Drosophila melanogaster as a model host for studying Pseudomonas aeruginosa infection
Rahme, L. G.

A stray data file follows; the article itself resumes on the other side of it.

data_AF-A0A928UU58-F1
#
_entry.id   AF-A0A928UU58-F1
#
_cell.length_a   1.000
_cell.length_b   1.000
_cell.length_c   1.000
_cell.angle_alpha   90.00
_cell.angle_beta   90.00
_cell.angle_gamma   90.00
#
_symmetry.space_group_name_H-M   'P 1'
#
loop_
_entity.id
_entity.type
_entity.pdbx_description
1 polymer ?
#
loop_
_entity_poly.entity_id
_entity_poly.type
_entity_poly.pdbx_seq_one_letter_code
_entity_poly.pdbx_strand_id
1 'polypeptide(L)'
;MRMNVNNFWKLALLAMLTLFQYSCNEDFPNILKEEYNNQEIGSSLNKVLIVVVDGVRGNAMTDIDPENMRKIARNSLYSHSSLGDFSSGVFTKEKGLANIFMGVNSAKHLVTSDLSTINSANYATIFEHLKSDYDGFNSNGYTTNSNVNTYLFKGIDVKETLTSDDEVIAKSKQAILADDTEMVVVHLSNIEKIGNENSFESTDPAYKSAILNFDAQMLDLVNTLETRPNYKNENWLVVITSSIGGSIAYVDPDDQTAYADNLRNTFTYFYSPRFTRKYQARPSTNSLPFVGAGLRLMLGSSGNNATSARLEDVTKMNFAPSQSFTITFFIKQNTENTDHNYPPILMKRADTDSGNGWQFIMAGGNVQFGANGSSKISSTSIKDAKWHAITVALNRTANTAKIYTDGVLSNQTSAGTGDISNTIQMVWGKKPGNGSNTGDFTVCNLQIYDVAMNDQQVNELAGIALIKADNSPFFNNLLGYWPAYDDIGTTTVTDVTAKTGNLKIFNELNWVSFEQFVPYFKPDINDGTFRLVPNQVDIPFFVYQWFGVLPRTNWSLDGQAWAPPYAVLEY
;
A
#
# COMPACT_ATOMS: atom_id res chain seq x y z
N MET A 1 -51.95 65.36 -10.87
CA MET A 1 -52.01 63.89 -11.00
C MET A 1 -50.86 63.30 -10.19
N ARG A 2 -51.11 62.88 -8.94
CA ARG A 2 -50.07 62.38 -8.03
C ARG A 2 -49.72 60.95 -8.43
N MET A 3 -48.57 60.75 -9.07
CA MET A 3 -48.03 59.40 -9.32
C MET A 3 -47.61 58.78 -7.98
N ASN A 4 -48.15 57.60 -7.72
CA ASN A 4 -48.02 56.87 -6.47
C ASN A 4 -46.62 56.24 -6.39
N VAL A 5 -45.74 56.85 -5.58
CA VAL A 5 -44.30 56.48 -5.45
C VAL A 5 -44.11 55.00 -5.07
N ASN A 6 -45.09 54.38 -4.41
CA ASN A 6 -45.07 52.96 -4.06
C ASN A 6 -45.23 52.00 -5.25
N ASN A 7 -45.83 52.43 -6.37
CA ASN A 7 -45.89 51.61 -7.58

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Conservation of host signaling pathways and tissue physiology between Drosophila melanogaster and mammals allows for the modeling of human host-pathogen interactions in Drosophila. Here we present the use of genetically tractable Drosophila models of bacterial pathogenesis to study infection with the human opportunistic pathogen Pseudomonas aeruginosa. We describe and compare two protocols commonly used to infect Drosophila with P. aeruginosa: needle-pricking and injector-pumping. Each model has relevance for examining host components and bacterial factors in host defense and virulence. Fly survival and bacterial proliferation within host flies can be assessed as a measure of host susceptibility and pathogen virulence potential. The profiles of host responses toward P. aeruginosa virulent and non-virulent strains can be determined, enabling the identification of interaction-specific genes that could potentially favor or limit the initiation and progression of infection. Both of the protocols presented herein may be adapted for the inoculation and study of other microbial pathogens. P. aeruginosa cell preparation requires 24 h, fly inoculation 1 h, and fly survival and bacterial proliferation 1-4 d.